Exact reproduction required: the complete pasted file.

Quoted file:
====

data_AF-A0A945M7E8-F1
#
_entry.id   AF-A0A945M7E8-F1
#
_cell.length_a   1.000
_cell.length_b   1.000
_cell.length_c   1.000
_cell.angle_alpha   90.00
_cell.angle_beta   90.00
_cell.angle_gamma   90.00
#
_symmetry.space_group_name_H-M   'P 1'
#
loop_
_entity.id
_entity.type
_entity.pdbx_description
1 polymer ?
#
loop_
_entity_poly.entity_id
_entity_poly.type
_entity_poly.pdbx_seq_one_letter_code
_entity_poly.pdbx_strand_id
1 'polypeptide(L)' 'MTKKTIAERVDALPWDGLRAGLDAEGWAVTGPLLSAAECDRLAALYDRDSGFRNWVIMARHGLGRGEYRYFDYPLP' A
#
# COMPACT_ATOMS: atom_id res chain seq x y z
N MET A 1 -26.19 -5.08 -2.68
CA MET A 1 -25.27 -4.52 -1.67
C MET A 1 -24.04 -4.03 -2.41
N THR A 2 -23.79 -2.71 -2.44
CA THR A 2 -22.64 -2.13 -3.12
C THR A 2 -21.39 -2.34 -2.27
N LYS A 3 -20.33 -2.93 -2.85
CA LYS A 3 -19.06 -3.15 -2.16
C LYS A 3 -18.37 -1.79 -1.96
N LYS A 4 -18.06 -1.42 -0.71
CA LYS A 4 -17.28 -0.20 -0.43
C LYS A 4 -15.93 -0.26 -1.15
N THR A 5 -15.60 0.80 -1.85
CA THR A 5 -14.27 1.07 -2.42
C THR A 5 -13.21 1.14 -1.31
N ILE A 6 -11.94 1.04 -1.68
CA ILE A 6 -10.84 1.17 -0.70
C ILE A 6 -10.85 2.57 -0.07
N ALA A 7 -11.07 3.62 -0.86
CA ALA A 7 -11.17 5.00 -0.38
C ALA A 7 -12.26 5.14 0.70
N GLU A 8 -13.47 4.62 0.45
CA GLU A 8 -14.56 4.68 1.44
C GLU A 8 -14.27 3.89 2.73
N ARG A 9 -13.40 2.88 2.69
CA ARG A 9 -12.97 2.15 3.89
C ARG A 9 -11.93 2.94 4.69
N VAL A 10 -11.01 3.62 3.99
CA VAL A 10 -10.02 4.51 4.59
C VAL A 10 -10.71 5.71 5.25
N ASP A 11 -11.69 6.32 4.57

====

data_AF-A0A945M7E8-F1
#
_entry.id   AF-A0A945M7E8-F1
#
_cell.length_a   1.000
_cell.length_b   1.000
_cell.length_c   1.000
_cell.angle_alpha   90.00
_cell.angle_beta   90.00
_cell.angle_gamma   90.00
#
_symmetry.space_group_name_H-M   'P 1'
#
loop_
_entity.id
_entity.type
_entity.pdbx_description
1 polymer ?
#
loop_
_entity_poly.entity_id
_entity_poly.type
_entity_poly.pdbx_seq_one_letter_code
_entity_poly.pdbx_strand_id
1 'polypeptide(L)' 'MTKKTIAERVDALPWDGLRAGLDAEGWAVTGPLLSAAECDRLAALYDRDSGFRNWVIMARHGLGRGEYRYFDYPLP' A
#
# COMPACT_ATOMS: atom_id res chain seq x y z
N MET A 1 -26.19 -5.08 -2.68
CA MET A 1 -25.27 -4.52 -1.67
C MET A 1 -24.04 -4.03 -2.41
N THR A 2 -23.79 -2.71 -2.44
CA THR A 2 -22.64 -2.13 -3.12
C THR A 2 -21.39 -2.34 -2.27
N LYS A 3 -20.33 -2.93 -2.85
CA LYS A 3 -19.06 -3.15 -2.16
C LYS A 3 -18.37 -1.79 -1.96
N LYS A 4 -18.06 -1.42 -0.71
CA LYS A 4 -17.28 -0.20 -0.43
C LYS A 4 -15.93 -0.26 -1.15
N THR A 5 -15.60 0.80 -1.85
CA THR A 5 -14.27 1.07 -2.42
C THR A 5 -13.21 1.14 -1.31
N ILE A 6 -11.94 1.04 -1.68
CA ILE A 6 -10.84 1.17 -0.70
C ILE A 6 -10.85 2.57 -0.07
N ALA A 7 -11.07 3.62 -0.86
CA ALA A 7 -11.17 5.00 -0.38
C ALA A 7 -12.26 5.14 0.70
N GLU A 8 -13.47 4.62 0.45
CA GLU A 8 -14.56 4.68 1.44
C GLU A 8 -14.27 3.89 2.73
N ARG A 9 -13.40 2.88 2.69
CA ARG A 9 -12.97 2.15 3.89
C ARG A 9 -11.93 2.94 4.69
N VAL A 10 -11.01 3.62 3.99
CA VAL A 10 -10.02 4.51 4.59
C VAL A 10 -10.71 5.71 5.25
N ASP A 11 -11.69 6.32 4.57